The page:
Bryan Cogman

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Contrary to what you make assume from the title of this article, George R.R. Martin is in no way attached to the writing of the upcoming Magic: The Gathering film. The writer in question is one that works on penning the Game of Thrones television series, not the original books. Thus, the name of the man we are referring to is Bryan Cogman. Read on for even more information on this glorious development. (more…)

Robb and Talisa Stark, Game of Thrones season three, episode five

By now you’ve come to expect these videos from showrunners David Benioff and Dan Weiss where they discuss in detail a few of the key scenes from this week’s Game of Thrones. And while this week’s episode, “Kissed by Fire” may not have ended on as heart-pounding a final note as Dany and her dragons laying waste to Astapor, there was still plenty of intrigue and power struggling.

For more, make sure you read Nerd Bastards’ own review by Matthew Jackson!

In addition to the video, that excellent fansite Winter is Coming has collected interview snippets that apply to what we saw in “Kissed by Fire.” The one is from an interview with Bryan Cogman posted by HBO in where he discusses his favorite scenes,

HBO: Do you have a favorite moment or scene from this episode?

Bryan Cogman: Very hard to choose! I’ll pick two, if I may. I love the Jaime/Brienne bath house scene. It was one of my favorite moments in the books; classic George R.R. Martin.  He peels back the layers of a character who started the story as a villain and makes you see him as a vulnerable human being. It’s a very long monologue in the book that was a challenge to adapt, but great fun. It’s a major turning point for Jaime, to be this vulnerable and open and raw with someone other than Cersei. And I think it’s the first time he’s told ANYONE what really happened during the sack of King’s Landing-that includes Tyrion and Cersei. 

The other scenes I’m particularly proud of are the trio of Dragonstone scenes.  We didn’t have room for Selyse and Shireen Baratheon in Season 2, so I was excited to get to introduce them here… the dysfunctional family Stannis keeps hidden away and largely avoids. Stannis isn’t a POV character in the book, so these scenes were born largely from my own imagination (though based on clues and hints from the books) and I couldn’t have been happier with the performances and how director Alex Graves interpreted the scenes. I particularly love the Shireen/Davos scene as it’s one of the few scenes in our show that revolves around an act of kindness and generosity.

This episode was just full of important, critical moments for the entire saga of Game of Thrones, though you may not have picked up on them just yet. Come the end of the season, though, you’ll definitely notice all the clues that had been layed out all season, and some all series, long.

Game of Thrones airs Sunday nights on HBO at 9pm.

With its third season right around the bend – 74 days, people! – we’re about to enter the promotional push for the return of Game of Thrones. Just like the years before, HBO has been releasing these behind the scenes video blogs, or vlogs as the cool kids call them, and today we’ve got another.

This vlog features executive story editor and writer, Bryan Cogman discussing the challenges of bringing the complicated narrative of A Storm of Swords to the screen as Game of Thrones‘ Season 3. Within the video you’ll be able to catch quick peeks of Mance Rayder (Ciarán Hinds) and Olenna Tyrell (Diana Rigg) as well as plenty of familiar faces.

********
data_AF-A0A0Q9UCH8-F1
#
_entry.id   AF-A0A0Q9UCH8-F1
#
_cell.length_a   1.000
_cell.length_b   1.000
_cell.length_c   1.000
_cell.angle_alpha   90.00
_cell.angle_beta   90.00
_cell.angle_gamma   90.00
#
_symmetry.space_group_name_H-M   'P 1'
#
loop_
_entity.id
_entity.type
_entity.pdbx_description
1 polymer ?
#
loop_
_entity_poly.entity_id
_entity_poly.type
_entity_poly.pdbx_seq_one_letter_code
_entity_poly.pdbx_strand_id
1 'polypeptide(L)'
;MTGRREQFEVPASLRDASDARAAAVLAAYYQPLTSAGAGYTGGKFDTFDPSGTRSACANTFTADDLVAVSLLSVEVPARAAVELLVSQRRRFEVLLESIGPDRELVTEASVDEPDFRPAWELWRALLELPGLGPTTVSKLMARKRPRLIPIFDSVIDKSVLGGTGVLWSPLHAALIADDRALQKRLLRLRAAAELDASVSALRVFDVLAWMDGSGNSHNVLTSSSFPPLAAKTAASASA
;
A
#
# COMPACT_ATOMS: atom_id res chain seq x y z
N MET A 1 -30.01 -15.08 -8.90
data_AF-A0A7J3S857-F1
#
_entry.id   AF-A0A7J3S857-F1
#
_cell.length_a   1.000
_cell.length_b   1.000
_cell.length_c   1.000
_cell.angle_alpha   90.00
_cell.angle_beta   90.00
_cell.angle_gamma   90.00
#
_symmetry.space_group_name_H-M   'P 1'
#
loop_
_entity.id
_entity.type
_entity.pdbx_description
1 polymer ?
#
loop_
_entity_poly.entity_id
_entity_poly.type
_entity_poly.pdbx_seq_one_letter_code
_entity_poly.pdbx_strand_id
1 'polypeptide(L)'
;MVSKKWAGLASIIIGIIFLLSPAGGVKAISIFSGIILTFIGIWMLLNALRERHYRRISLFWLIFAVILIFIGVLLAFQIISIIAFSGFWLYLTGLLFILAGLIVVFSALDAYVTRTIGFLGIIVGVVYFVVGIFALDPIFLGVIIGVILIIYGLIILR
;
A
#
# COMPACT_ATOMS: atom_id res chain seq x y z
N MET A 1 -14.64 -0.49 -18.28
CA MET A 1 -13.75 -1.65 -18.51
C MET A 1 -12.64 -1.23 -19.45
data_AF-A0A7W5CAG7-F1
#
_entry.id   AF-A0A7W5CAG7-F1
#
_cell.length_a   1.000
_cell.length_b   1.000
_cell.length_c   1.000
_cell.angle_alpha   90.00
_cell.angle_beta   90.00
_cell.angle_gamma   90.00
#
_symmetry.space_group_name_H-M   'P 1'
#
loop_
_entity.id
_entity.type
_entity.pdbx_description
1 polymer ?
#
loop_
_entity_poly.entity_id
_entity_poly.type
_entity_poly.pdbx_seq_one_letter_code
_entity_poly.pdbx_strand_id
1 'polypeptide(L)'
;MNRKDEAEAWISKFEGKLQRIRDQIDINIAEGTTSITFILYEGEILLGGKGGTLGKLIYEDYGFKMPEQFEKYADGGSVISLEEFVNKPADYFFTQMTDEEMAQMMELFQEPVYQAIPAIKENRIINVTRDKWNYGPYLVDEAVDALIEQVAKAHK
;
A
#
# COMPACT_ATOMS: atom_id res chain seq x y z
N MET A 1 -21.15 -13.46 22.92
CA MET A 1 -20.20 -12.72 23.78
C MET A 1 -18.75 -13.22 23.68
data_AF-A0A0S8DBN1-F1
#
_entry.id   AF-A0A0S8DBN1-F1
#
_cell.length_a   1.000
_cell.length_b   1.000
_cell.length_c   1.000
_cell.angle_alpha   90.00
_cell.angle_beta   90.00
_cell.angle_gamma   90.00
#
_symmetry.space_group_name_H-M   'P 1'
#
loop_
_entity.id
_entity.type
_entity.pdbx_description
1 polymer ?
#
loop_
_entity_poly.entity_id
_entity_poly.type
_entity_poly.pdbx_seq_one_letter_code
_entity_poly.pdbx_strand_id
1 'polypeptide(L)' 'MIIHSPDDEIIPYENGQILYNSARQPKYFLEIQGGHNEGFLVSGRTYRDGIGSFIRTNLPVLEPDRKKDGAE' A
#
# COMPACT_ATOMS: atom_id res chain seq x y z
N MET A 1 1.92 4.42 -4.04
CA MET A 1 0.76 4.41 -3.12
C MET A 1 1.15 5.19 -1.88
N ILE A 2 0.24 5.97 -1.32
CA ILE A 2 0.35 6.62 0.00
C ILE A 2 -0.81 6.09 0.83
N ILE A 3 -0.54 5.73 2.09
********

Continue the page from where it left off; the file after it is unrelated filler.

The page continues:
“Twists and turns that are impossible to foresee,” indeed. Game of Thrones returns to HBO on March 31st. How are you keeping busy until the series returns?

Source: Winter is Coming

Game of Thrones writer Byran Cogman was recently interviewed by the ladies of The Mary Sue about his work compiling the incredible Inside HBO’s Game of Thrones book and his involvement in the hit series, which, if you’ve been keeping track, returns in 152 days! They were expressly informed not to talk about Season 3, but that doesn’t stop Cogman from including a little insight to next season in a few of his answers,

TMS: Who’s your favorite character in the show and, if you have a different answer, who’s your favorite character to write? Is there a different favorite from the books?

BC: Very hard to choose — I’ve been living with them for so long, I have great affection for all of them (and the actors who portray them). I had a great time writing Theon in Season 2 and I’ve really enjoyed writing Jaime in Season 3. And I always like writing for the kids. There’s a character I love from the books — Aeron Damphair, who we haven’t seen on the show yet, but it’d be fun to get a crack at him. We’ll see.

Everyone should be looking forward to Jaime and Brienne this season. It’ll be a highlight, of that I’m sure. But what of changes between the original text and the show? Some seem arbitrary, what’s the reasoning behind them?

BC: With all due respect to the fans, there is never a single change on this show that’s “arbitrary”. Every change is debated and discussed at length and there’s always a good reason — be it creative, budgetary, etc. D&D [Benioff & Weiss] make decisions in the adaptation based on what’s best for the show. Of course, I’d love everyone to love every bit of the series, but you can’t please everyone all the time.

I like to believe fans are becoming used to the changes and alterations that come with an adaptation. We’re seeing more and more, just look at The Hobbit or The Walking Dead. Both of those properties have and are making extensive changes from their source material, but they’re generally loved by (most) fans.

I don’t know, have you felt the changes from the books made to Game of Thrones are arbitrary and unnecessary? What are you doing to bide you time until Season 3?

Source: Winter is Coming